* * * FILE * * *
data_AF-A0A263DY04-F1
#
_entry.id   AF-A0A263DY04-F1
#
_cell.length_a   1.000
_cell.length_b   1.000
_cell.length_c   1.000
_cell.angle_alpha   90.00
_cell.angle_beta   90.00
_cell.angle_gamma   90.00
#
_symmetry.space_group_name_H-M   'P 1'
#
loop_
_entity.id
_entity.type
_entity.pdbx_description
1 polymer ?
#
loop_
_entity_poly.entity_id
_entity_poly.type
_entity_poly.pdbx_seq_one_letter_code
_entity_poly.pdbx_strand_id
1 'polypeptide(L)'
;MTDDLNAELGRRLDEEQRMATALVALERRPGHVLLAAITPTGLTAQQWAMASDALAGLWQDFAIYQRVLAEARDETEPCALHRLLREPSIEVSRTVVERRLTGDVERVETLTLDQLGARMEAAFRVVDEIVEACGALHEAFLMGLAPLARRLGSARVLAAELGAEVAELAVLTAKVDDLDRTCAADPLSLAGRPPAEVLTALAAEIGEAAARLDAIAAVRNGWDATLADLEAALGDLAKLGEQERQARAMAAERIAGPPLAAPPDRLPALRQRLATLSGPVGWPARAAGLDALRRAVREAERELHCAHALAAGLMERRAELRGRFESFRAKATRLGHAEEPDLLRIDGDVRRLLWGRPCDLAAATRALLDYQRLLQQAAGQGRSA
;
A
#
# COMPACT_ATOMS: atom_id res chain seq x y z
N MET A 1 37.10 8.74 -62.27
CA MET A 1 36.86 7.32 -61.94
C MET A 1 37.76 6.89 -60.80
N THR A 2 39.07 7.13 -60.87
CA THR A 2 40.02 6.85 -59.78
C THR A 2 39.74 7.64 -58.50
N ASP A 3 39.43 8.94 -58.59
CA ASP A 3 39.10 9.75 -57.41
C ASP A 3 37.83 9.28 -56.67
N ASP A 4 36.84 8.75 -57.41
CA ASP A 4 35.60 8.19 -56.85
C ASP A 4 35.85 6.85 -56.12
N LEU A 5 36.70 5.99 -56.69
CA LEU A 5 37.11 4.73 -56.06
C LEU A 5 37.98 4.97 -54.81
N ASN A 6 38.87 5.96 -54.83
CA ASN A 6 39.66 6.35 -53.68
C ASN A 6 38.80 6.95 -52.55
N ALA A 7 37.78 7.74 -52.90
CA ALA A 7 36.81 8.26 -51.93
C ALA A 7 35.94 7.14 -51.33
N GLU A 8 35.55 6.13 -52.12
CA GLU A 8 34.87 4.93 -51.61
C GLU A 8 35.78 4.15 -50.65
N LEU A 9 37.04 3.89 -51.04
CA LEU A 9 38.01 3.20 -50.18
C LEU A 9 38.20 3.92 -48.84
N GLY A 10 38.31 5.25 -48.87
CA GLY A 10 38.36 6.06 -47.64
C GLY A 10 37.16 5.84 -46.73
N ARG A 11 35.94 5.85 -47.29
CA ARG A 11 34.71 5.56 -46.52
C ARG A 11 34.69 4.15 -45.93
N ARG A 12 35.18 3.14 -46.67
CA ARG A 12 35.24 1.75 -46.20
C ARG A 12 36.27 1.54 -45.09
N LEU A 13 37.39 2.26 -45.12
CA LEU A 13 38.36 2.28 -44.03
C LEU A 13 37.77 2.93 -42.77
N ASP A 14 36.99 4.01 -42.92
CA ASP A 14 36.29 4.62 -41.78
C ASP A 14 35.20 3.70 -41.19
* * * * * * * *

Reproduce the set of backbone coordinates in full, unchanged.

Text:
data_AF-A0A263DY04-F1
#
_entry.id   AF-A0A263DY04-F1
#
_cell.length_a   1.000
_cell.length_b   1.000
_cell.length_c   1.000
_cell.angle_alpha   90.00
_cell.angle_beta   90.00
_cell.angle_gamma   90.00
#
_symmetry.space_group_name_H-M   'P 1'
#
loop_
_entity.id
_entity.type
_entity.pdbx_description
1 polymer ?
#
loop_
_entity_poly.entity_id
_entity_poly.type
_entity_poly.pdbx_seq_one_letter_code
_entity_poly.pdbx_strand_id
1 'polypeptide(L)'
;MTDDLNAELGRRLDEEQRMATALVALERRPGHVLLAAITPTGLTAQQWAMASDALAGLWQDFAIYQRVLAEARDETEPCALHRLLREPSIEVSRTVVERRLTGDVERVETLTLDQLGARMEAAFRVVDEIVEACGALHEAFLMGLAPLARRLGSARVLAAELGAEVAELAVLTAKVDDLDRTCAADPLSLAGRPPAEVLTALAAEIGEAAARLDAIAAVRNGWDATLADLEAALGDLAKLGEQERQARAMAAERIAGPPLAAPPDRLPALRQRLATLSGPVGWPARAAGLDALRRAVREAERELHCAHALAAGLMERRAELRGRFESFRAKATRLGHAEEPDLLRIDGDVRRLLWGRPCDLAAATRALLDYQRLLQQAAGQGRSA
;
A
#
# COMPACT_ATOMS: atom_id res chain seq x y z
N MET A 1 37.10 8.74 -62.27
CA MET A 1 36.86 7.32 -61.94
C MET A 1 37.76 6.89 -60.80
N THR A 2 39.07 7.13 -60.87
CA THR A 2 40.02 6.85 -59.78
C THR A 2 39.74 7.64 -58.50
N ASP A 3 39.43 8.94 -58.59
CA ASP A 3 39.10 9.75 -57.41
C ASP A 3 37.83 9.28 -56.67
N ASP A 4 36.84 8.75 -57.41
CA ASP A 4 35.60 8.19 -56.85
C ASP A 4 35.85 6.85 -56.12
N LEU A 5 36.70 5.99 -56.69
CA LEU A 5 37.11 4.73 -56.06
C LEU A 5 37.98 4.97 -54.81
N ASN A 6 38.87 5.96 -54.83
CA ASN A 6 39.66 6.35 -53.68
C ASN A 6 38.80 6.95 -52.55
N ALA A 7 37.78 7.74 -52.90
CA ALA A 7 36.81 8.26 -51.93
C ALA A 7 35.94 7.14 -51.33
N GLU A 8 35.55 6.13 -52.12
CA GLU A 8 34.87 4.93 -51.61
C GLU A 8 35.78 4.15 -50.65
N LEU A 9 37.04 3.89 -51.04
CA LEU A 9 38.01 3.20 -50.18
C LEU A 9 38.20 3.92 -48.84
N GLY A 10 38.31 5.25 -48.87
CA GLY A 10 38.36 6.06 -47.64
C GLY A 10 37.16 5.84 -46.73
N ARG A 11 35.94 5.85 -47.29
CA ARG A 11 34.71 5.56 -46.52
C ARG A 11 34.69 4.15 -45.93
N ARG A 12 35.18 3.14 -46.67
CA ARG A 12 35.24 1.75 -46.20
C ARG A 12 36.27 1.54 -45.09
N LEU A 13 37.39 2.26 -45.12
CA LEU A 13 38.36 2.28 -44.03
C LEU A 13 37.77 2.93 -42.77
N ASP A 14 36.99 4.01 -42.92
CA ASP A 14 36.29 4.62 -41.78
C ASP A 14 35.20 3.70 -41.19